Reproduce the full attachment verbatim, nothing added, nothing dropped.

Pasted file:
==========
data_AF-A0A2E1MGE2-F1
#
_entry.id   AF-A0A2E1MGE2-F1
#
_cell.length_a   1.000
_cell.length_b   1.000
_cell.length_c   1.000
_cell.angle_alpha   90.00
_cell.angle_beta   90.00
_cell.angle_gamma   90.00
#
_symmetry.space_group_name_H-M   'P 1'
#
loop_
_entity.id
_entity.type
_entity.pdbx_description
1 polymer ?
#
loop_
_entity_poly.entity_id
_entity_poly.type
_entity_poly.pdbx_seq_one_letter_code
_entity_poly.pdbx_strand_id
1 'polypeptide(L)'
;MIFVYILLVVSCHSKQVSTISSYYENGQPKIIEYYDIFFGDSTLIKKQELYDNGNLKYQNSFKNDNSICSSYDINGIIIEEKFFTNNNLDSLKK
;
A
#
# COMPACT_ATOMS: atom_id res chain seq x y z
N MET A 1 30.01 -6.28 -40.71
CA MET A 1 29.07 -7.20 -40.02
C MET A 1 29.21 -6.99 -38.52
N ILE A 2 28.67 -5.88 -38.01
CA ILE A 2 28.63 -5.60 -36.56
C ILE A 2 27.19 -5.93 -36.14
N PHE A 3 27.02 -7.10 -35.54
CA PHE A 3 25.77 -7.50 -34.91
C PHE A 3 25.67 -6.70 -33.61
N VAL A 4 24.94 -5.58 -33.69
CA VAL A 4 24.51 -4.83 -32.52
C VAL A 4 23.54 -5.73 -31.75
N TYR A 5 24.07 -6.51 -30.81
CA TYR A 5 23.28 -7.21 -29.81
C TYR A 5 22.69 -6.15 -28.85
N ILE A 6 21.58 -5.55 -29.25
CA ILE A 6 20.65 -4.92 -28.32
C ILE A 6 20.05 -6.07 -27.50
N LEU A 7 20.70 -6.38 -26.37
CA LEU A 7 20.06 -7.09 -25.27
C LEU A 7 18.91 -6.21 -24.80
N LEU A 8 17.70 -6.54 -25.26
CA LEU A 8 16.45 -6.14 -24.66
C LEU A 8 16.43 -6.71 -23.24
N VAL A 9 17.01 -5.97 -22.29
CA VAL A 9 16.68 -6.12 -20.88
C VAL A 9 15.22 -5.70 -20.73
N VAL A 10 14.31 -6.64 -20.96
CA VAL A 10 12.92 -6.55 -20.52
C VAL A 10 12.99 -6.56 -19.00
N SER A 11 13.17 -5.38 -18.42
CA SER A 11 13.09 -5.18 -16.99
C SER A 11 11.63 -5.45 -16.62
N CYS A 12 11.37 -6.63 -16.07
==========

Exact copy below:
data_AF-A0A2E1MGE2-F1
#
_entry.id   AF-A0A2E1MGE2-F1
#
_cell.length_a   1.000
_cell.length_b   1.000
_cell.length_c   1.000
_cell.angle_alpha   90.00
_cell.angle_beta   90.00
_cell.angle_gamma   90.00
#
_symmetry.space_group_name_H-M   'P 1'
#
loop_
_entity.id
_entity.type
_entity.pdbx_description
1 polymer ?
#
loop_
_entity_poly.entity_id
_entity_poly.type
_entity_poly.pdbx_seq_one_letter_code
_entity_poly.pdbx_strand_id
1 'polypeptide(L)'
;MIFVYILLVVSCHSKQVSTISSYYENGQPKIIEYYDIFFGDSTLIKKQELYDNGNLKYQNSFKNDNSICSSYDINGIIIEEKFFTNNNLDSLKK
;
A
#
# COMPACT_ATOMS: atom_id res chain seq x y z
N MET A 1 30.01 -6.28 -40.71
CA MET A 1 29.07 -7.20 -40.02
C MET A 1 29.21 -6.99 -38.52
N ILE A 2 28.67 -5.88 -38.01
CA ILE A 2 28.63 -5.60 -36.56
C ILE A 2 27.19 -5.93 -36.14
N PHE A 3 27.02 -7.10 -35.54
CA PHE A 3 25.77 -7.50 -34.91
C PHE A 3 25.67 -6.70 -33.61
N VAL A 4 24.94 -5.58 -33.69
CA VAL A 4 24.51 -4.83 -32.52
C VAL A 4 23.54 -5.73 -31.75
N TYR A 5 24.07 -6.51 -30.81
CA TYR A 5 23.28 -7.21 -29.81
C TYR A 5 22.69 -6.15 -28.85
N ILE A 6 21.58 -5.55 -29.25
CA ILE A 6 20.65 -4.92 -28.32
C ILE A 6 20.05 -6.07 -27.50
N LEU A 7 20.70 -6.38 -26.37
CA LEU A 7 20.06 -7.09 -25.27
C LEU A 7 18.91 -6.21 -24.80
N LEU A 8 17.70 -6.54 -25.26
CA LEU A 8 16.45 -6.14 -24.66
C LEU A 8 16.43 -6.71 -23.24
N VAL A 9 17.01 -5.97 -22.29
CA VAL A 9 16.68 -6.12 -20.88
C VAL A 9 15.22 -5.70 -20.73
N VAL A 10 14.31 -6.64 -20.96
CA VAL A 10 12.92 -6.55 -20.52
C VAL A 10 12.99 -6.56 -19.00
N SER A 11 13.17 -5.38 -18.42
CA SER A 11 13.09 -5.18 -16.99
C SER A 11 11.63 -5.45 -16.62
N CYS A 12 11.37 -6.63 -16.07